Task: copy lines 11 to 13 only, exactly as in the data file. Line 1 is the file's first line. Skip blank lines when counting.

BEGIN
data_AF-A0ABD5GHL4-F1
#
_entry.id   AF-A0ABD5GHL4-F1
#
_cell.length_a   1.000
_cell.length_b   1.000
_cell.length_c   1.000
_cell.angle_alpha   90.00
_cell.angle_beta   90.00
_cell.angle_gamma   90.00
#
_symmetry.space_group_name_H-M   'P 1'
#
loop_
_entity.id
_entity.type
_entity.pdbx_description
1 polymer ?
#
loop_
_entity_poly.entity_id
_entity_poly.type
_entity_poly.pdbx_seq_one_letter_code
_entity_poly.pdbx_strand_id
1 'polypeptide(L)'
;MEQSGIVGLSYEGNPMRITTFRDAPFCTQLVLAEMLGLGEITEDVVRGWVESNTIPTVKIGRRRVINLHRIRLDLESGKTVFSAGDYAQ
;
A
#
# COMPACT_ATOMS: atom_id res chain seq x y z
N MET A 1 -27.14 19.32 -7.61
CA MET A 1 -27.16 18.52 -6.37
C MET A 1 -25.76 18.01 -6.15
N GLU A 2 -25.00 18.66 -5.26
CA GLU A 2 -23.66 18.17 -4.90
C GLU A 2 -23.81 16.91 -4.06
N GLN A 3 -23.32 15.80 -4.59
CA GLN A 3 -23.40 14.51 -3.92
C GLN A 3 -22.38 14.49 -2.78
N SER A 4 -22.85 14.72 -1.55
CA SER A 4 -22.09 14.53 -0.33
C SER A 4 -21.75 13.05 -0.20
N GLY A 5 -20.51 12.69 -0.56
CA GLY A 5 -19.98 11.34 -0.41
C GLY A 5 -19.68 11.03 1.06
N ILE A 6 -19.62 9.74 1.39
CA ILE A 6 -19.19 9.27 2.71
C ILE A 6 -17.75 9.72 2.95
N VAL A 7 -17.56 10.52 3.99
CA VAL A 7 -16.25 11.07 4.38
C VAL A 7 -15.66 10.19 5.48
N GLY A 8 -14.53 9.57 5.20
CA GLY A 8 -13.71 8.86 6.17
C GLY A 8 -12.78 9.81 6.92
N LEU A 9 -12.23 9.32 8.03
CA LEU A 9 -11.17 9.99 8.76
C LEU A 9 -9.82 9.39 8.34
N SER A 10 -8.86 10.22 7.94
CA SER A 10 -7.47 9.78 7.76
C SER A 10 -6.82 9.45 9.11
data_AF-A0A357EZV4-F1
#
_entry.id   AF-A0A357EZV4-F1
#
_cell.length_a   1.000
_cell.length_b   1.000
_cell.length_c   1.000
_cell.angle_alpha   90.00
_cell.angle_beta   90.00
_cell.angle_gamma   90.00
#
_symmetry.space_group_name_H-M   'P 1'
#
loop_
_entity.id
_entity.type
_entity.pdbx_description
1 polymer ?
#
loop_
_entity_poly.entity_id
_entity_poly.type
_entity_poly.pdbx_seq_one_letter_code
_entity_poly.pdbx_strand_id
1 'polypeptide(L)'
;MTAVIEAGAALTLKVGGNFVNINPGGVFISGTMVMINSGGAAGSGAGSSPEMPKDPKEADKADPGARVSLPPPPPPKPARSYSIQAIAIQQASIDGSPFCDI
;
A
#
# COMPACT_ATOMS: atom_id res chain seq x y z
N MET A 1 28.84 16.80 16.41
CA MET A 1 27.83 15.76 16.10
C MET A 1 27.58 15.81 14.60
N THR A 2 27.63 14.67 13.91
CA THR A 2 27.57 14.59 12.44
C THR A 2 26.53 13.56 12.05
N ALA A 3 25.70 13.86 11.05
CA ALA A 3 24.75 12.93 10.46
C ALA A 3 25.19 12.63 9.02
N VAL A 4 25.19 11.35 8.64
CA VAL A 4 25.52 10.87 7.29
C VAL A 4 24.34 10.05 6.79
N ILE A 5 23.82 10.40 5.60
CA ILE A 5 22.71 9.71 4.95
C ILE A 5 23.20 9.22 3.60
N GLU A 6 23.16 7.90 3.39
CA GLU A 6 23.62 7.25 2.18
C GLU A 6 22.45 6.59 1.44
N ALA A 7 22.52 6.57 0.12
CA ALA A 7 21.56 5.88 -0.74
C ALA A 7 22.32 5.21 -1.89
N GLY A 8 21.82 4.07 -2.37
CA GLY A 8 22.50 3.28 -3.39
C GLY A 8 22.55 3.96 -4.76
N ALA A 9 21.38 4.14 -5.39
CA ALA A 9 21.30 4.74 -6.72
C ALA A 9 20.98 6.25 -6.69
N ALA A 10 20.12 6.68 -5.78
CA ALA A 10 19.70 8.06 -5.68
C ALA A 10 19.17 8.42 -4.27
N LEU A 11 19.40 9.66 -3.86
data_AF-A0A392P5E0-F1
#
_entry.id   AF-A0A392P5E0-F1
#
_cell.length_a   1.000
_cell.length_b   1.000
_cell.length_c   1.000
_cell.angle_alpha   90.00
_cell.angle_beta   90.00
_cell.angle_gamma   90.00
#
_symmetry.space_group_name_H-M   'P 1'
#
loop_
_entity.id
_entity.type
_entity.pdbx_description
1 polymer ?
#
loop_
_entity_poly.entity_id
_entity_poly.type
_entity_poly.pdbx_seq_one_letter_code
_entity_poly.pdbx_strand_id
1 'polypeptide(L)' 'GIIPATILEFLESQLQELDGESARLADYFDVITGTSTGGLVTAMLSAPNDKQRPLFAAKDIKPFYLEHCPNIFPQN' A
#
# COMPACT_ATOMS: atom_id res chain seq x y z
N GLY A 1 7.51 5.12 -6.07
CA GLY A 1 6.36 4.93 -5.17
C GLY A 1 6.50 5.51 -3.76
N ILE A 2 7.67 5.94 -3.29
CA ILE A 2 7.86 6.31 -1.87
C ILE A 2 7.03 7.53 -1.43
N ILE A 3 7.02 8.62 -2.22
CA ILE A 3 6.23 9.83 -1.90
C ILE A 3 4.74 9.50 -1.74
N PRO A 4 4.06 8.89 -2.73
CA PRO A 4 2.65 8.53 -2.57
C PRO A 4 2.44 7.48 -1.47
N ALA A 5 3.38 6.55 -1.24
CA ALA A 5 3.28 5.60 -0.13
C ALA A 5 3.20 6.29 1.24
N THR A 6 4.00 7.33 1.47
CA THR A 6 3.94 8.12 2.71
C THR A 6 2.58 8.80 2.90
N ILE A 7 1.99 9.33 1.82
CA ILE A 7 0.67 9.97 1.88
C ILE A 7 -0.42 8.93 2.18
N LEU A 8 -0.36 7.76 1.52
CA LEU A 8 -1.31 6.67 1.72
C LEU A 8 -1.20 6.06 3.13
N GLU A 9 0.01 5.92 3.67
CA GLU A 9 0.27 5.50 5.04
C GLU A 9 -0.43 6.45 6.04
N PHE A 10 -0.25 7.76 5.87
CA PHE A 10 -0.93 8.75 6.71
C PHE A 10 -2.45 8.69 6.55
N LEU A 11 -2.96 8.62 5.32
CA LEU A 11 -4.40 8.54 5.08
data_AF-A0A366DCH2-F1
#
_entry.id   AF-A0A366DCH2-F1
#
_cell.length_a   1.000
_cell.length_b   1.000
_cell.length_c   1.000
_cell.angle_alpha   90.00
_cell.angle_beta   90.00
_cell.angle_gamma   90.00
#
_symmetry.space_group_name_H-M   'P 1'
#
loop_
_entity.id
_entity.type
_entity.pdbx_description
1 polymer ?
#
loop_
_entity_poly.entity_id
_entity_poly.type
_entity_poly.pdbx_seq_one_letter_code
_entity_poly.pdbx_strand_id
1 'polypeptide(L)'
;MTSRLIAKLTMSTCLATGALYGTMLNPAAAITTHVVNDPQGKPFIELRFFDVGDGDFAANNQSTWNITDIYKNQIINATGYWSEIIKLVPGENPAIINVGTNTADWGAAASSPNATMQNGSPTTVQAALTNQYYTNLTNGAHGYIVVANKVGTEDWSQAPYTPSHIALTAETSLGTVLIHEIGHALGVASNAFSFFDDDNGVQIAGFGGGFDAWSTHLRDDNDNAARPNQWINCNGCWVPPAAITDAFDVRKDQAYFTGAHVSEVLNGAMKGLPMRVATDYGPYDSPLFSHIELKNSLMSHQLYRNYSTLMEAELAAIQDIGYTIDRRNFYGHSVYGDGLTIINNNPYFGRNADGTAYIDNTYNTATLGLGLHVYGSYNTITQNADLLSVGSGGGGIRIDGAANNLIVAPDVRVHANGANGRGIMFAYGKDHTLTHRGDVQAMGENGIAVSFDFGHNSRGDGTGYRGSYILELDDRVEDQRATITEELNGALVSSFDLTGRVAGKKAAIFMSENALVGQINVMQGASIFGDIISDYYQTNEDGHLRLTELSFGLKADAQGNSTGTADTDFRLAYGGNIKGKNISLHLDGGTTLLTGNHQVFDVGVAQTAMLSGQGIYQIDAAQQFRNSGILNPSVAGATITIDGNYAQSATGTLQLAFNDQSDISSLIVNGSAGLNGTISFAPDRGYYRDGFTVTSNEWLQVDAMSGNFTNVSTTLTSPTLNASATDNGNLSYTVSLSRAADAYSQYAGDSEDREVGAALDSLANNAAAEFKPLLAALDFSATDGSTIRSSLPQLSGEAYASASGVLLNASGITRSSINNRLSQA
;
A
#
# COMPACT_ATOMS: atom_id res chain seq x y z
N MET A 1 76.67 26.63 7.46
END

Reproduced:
#
_symmetry.space_group_name_H-M   'P 1'
#